5. The gravamen of the case of the complainants is that the spinal anesthesia to the patient was given by some incompetent quack, at the behest of Dr. Parsekar, OP No. 3, who was away from the O.T. (operation theatre) which damaged the patient permanently and the patient who had walked in into the O.T. came out of it in a comatose state. The condition of the patient further deteriorated for failure of prompt resuscitation on account of absence of both Dr. Naik, OP No. 2, and Dr. Parsekar, OP No. 3, who were absent from the O.T. while the patient was being experimented.

  6. The complainants have sought to support their case with the affidavit-in-evidence of complainant No. 2, and medical records, particularly, the unsigned O.T. notes/Doctor's orders (copy at page 397), signed and officially given O.T. notes (copy at page 119) and the nurse's record (copy at page 126). The complainants say that the last two records (copies at pages 119 and 126) are fabricated as they contain different readings.

  7. On the other hand, the case of the OPs is that the complaint is false and frivolous. The OPs say that they treated the patient as per standard medical practice and there is no negligence or deficiencies of services on their part. The OPs say that although they have sympathy for the complainants' family for having lost their loved one, they cannot be held liable for any claim towards mental agony, financial constraints, etc., as there was no negligence whatsoever on their part in rendering treatment to the patient. The OPs filed their detailed written version duly signed by all, verified as well as supported by affidavit of Dr. Shruti Malhotra.

  8. In support of their defence, the OPs filed the affidavit of Dr. Siddharth Gupta, head of operations of OP No. 1 hospital and also the affidavit of Dr. Shailesh Pai Raiturkar, anesthetist working for several hospitals. Dr. Raiturkar has opined that Dr. Parsekar is a well qualified and competent anesthetist who is in professional practice for last more than 12 years and that as per records Dr. Parsekar had chosen correct anesthesia technique, the drug and dosage was perfect and appropriate, considering the condition of the patient and the nature and duration of the surgery.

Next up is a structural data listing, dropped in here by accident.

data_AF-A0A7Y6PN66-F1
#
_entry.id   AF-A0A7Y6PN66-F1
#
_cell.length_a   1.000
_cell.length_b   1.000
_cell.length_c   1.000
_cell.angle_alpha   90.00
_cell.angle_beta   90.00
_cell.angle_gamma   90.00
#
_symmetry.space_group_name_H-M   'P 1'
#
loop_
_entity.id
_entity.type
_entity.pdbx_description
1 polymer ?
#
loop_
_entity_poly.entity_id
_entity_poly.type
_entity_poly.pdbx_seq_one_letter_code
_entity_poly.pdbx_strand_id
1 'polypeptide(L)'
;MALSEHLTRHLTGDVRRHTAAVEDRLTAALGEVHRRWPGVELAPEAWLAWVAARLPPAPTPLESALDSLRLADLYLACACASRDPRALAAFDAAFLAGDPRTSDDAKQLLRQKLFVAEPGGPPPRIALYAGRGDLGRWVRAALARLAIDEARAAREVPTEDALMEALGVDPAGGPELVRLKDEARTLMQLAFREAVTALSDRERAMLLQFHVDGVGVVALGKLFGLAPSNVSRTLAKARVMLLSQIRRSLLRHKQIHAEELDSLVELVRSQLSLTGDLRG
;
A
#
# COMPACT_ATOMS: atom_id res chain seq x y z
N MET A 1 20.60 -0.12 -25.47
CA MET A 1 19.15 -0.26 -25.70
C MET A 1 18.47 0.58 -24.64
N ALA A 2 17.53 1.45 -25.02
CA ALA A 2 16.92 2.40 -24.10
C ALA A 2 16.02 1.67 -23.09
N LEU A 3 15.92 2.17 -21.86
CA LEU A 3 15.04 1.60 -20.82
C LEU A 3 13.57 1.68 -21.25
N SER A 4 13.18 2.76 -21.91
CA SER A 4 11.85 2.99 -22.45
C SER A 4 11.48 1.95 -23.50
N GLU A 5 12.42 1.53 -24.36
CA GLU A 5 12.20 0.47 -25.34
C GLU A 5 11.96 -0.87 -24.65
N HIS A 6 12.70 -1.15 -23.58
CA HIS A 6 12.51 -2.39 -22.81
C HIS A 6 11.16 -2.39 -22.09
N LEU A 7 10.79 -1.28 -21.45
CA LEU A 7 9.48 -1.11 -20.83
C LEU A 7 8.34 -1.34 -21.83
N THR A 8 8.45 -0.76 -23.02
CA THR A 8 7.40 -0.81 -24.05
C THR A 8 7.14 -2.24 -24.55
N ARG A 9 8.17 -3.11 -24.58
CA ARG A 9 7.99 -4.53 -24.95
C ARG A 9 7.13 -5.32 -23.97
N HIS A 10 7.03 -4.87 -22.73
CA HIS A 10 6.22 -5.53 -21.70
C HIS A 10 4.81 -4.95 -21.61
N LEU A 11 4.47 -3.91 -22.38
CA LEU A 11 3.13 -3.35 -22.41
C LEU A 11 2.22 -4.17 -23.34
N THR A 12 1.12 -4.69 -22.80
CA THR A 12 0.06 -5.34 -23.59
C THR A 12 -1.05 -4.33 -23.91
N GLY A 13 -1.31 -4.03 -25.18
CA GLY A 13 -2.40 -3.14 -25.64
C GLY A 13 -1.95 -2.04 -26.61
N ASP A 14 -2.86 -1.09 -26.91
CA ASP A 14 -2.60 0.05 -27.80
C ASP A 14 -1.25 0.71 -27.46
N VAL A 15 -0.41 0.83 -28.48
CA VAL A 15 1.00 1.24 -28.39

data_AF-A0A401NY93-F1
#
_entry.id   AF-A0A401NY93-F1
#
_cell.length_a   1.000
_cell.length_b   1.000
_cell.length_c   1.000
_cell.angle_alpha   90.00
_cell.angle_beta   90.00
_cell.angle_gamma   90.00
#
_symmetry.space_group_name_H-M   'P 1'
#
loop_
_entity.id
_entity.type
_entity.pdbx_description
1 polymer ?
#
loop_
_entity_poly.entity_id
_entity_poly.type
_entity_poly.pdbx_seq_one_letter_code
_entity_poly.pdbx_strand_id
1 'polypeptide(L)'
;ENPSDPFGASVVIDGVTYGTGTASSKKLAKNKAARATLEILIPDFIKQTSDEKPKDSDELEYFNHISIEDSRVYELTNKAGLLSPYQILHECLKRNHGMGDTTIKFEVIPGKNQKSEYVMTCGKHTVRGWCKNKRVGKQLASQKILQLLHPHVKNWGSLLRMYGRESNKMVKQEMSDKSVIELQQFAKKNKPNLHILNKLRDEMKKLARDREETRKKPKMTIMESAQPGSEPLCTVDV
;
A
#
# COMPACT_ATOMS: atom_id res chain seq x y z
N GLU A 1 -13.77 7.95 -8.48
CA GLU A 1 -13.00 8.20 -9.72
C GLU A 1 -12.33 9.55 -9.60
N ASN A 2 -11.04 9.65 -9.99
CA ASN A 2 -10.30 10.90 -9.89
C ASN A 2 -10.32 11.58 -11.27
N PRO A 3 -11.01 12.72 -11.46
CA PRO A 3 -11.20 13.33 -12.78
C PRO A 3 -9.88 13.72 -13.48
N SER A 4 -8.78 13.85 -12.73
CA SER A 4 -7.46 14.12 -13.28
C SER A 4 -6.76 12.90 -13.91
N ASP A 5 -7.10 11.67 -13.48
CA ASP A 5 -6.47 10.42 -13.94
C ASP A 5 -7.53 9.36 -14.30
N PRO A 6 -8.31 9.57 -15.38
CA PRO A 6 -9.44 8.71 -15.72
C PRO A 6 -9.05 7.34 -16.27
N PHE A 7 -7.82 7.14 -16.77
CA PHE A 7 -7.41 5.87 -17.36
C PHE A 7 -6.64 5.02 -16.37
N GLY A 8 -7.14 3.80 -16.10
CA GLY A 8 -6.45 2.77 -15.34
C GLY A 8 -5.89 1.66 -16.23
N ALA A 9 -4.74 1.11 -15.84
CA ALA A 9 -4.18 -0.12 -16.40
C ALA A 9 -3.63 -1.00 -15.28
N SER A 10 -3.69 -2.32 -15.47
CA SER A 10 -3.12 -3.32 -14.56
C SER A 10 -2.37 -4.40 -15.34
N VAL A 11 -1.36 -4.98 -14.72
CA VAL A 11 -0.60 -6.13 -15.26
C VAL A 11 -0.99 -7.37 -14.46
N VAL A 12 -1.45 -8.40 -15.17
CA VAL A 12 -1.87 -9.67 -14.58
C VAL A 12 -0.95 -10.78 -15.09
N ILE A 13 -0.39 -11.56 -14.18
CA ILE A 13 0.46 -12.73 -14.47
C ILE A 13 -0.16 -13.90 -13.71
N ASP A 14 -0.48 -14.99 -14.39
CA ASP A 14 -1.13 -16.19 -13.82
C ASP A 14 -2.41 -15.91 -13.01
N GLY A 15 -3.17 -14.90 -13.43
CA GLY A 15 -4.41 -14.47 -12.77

9. Later, after evidence was closed, on or about 4.8.2015, Dr. Sachin Jain, Unit Head, filed his affidavit on behalf of OP No. 1 hospital (copy at page 1575) and so did Dr. Naik (copy at page 1470) and Dr. Parsekar (copy at page 1566).

  10. Before referring to the evidence of the parties, it is necessary to dispose of some of the pending applications. The written version was signed by all the OPs and it can be said to have been filed also by OP No. 2 Dr. Naik, as well. We say so, because, inter alia, OP No. 2 Dr. Naik admitted in the written version that the complainants had approached him to seek some discount on billing and he had informed them to approach hospital authorities. On the same day, OP No. 2 Dr. Naik also filed an application for deletion of his name on the ground of misjoinder (copy at page 453) which application was contested by the complainants by reply dated 7.11.2014. Dr. Naik alleged that no specific avernments of professional negligence was made in the complaint as against him. Referring to certain avernments made by the complainants in the complaint, OP No. 2 Dr. Naik pleaded that he is a general surgeon and had not role in the said case at all.

  11. Now, Dr. Naik, OP No. 2, has filed a memo dated 4.8.2015 with his affidavit-in-evidence stating that in case this Commission comes to the conclusion that OP No. 2 is not a proper and necessary party, the affidavit be rejected and on the other hand, in case this Commission...